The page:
Our cat often sits on the windowsill and (seemingly) chirps at the birds outside! He’s just started doing this and it’s so funny! Is this something all cats do, or is our cat just a super genius?
Chirping Cat in Candlelight Estates
Dear Chirping Cat,
I have no doubt that your cat is a super genius because, frankly, most cats are (in my not-so-humble opinion), but what you are witnessing is a very normal cat behavior that many cats do.
Blame his prey drive
Your docile housecat’s prey drive is activated when he sees a bird or sometimes even a bug outside. You might notice that, along with the chirping, your cat’s tail also twitches and his pupils dilate. This is classic “hunter” behavior and is wildly stimulating for your kitty. Consider it like interactive “Kitty TV.”
What’s the purpose of chirping?
Experts believe that cats chirp at their prey as a means to mimic it, entice it to come closer, or possibly even hypnotize it. Cats of all ages and breeds do this–even cats in the wild.
Some believe that the chirp is a cry of frustration from the cat that he or she can see their prey but can’t get to it, thanks to the window or other obstacles. If you find your kitty becoming frustrated at his inability to catch his “prey,” consider engaging him in some toy play in the house. Toys with feathers or toys that move like an insect will quickly catch your cat’s attention and give him the opportunity to “catch” his prey.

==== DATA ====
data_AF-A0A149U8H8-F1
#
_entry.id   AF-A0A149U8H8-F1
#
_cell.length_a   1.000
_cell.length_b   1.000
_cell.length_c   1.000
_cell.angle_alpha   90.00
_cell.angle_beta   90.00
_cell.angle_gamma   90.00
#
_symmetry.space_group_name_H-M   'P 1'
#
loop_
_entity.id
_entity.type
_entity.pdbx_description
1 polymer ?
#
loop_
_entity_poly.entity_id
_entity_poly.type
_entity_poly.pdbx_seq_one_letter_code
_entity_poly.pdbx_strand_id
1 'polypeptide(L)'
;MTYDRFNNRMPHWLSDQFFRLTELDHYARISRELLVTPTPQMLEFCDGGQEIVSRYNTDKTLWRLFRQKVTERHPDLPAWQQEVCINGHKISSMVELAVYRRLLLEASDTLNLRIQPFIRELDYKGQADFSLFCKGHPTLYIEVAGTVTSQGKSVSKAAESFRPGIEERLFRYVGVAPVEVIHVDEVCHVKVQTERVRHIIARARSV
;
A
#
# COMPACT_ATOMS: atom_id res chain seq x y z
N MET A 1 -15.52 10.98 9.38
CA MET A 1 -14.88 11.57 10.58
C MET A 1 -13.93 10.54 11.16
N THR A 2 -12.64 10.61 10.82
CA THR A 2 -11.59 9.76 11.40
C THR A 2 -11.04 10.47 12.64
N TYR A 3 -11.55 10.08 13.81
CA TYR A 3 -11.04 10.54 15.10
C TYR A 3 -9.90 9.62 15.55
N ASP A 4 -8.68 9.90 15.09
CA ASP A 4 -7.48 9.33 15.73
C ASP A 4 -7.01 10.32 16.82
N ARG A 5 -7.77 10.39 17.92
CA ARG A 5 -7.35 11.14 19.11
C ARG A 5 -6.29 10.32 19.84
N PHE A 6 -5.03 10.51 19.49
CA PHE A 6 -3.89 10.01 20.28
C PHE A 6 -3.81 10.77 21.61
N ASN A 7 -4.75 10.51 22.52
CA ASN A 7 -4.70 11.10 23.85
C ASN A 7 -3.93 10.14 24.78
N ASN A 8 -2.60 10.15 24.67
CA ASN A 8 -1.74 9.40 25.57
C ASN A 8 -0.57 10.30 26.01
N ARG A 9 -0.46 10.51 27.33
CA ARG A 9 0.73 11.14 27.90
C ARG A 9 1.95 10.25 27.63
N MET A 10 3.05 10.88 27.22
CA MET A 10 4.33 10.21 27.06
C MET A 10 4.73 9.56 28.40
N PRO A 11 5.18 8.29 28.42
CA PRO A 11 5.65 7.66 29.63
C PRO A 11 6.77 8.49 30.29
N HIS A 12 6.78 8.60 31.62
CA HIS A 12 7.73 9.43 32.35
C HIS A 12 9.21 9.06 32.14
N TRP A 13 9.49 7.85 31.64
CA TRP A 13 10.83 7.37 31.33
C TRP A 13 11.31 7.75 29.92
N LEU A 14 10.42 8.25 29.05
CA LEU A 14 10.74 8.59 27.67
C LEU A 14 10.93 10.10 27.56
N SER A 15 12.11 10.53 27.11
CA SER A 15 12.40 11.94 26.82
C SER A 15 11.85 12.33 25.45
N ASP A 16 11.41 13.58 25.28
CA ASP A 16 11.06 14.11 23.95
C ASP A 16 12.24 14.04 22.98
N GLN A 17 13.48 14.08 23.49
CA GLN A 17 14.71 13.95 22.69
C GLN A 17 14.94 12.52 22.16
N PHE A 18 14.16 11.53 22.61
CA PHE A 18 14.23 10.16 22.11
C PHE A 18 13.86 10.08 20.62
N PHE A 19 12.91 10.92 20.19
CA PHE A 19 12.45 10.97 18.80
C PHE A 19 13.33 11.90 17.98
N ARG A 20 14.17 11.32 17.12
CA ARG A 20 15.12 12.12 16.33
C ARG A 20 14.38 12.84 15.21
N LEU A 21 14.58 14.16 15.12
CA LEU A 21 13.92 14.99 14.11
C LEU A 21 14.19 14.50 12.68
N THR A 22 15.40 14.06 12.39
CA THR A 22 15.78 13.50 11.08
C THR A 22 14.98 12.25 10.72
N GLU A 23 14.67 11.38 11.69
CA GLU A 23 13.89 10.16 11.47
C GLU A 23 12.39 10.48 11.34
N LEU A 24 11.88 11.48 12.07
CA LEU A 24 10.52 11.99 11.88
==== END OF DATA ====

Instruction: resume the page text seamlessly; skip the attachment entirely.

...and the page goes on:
Cats are master communicators
The funny thing is that cats meow, chirp and trill as a means of communication–namely with their human friends. After living with humans for millennia, cats have learned to communicate with us through vocalizations. If you think about it, doesn’t your cat meow at you when it’s feeding time or when you come home? Cats know how to get what they want and through vocalizations, they can get their point across.
To sum up, what you’re seeing is your cat’s strong prey drive in action. Keeping a cat indoors is always the safest thing for him, so although he might look desperate to make a kill, keeping him in the house and letting him “kill” his cat toys instead is the best thing you can do. There are too many perils that can befall an outdoor cat and it’s not worth it to let him outside to try and appease his natural instincts.
Do you have a question for Tabby? Email her at firstname.lastname@example.org.
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